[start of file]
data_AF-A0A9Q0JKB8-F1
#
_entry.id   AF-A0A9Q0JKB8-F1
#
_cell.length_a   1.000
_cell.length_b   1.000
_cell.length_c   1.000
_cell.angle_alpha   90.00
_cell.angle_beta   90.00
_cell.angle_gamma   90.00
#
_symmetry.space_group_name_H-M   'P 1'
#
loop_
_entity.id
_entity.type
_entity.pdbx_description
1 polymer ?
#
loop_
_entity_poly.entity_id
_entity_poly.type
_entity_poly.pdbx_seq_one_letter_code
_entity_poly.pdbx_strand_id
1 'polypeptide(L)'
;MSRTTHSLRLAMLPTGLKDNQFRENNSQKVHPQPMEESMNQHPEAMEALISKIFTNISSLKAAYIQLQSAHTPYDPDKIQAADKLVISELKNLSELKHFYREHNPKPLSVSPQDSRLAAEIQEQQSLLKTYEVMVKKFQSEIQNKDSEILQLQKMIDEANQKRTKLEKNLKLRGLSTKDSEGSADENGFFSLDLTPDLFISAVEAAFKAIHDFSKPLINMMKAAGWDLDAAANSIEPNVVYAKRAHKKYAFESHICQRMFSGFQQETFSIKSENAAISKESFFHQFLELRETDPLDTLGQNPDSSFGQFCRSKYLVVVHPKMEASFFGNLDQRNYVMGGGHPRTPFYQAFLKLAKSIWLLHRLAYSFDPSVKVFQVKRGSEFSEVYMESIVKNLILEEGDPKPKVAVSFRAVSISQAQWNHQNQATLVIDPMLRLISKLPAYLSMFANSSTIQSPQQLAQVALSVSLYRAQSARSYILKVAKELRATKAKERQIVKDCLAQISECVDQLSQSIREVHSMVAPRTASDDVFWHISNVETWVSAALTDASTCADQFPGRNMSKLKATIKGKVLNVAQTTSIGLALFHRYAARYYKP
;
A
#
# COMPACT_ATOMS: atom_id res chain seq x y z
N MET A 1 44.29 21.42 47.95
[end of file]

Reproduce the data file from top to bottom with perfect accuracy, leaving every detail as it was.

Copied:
data_AF-A0A9Q0JKB8-F1
#
_entry.id   AF-A0A9Q0JKB8-F1
#
_cell.length_a   1.000
_cell.length_b   1.000
_cell.length_c   1.000
_cell.angle_alpha   90.00
_cell.angle_beta   90.00
_cell.angle_gamma   90.00
#
_symmetry.space_group_name_H-M   'P 1'
#
loop_
_entity.id
_entity.type
_entity.pdbx_description
1 polymer ?
#
loop_
_entity_poly.entity_id
_entity_poly.type
_entity_poly.pdbx_seq_one_letter_code
_entity_poly.pdbx_strand_id
1 'polypeptide(L)'
;MSRTTHSLRLAMLPTGLKDNQFRENNSQKVHPQPMEESMNQHPEAMEALISKIFTNISSLKAAYIQLQSAHTPYDPDKIQAADKLVISELKNLSELKHFYREHNPKPLSVSPQDSRLAAEIQEQQSLLKTYEVMVKKFQSEIQNKDSEILQLQKMIDEANQKRTKLEKNLKLRGLSTKDSEGSADENGFFSLDLTPDLFISAVEAAFKAIHDFSKPLINMMKAAGWDLDAAANSIEPNVVYAKRAHKKYAFESHICQRMFSGFQQETFSIKSENAAISKESFFHQFLELRETDPLDTLGQNPDSSFGQFCRSKYLVVVHPKMEASFFGNLDQRNYVMGGGHPRTPFYQAFLKLAKSIWLLHRLAYSFDPSVKVFQVKRGSEFSEVYMESIVKNLILEEGDPKPKVAVSFRAVSISQAQWNHQNQATLVIDPMLRLISKLPAYLSMFANSSTIQSPQQLAQVALSVSLYRAQSARSYILKVAKELRATKAKERQIVKDCLAQISECVDQLSQSIREVHSMVAPRTASDDVFWHISNVETWVSAALTDASTCADQFPGRNMSKLKATIKGKVLNVAQTTSIGLALFHRYAARYYKP
;
A
#
# COMPACT_ATOMS: atom_id res chain seq x y z
N MET A 1 44.29 21.42 47.95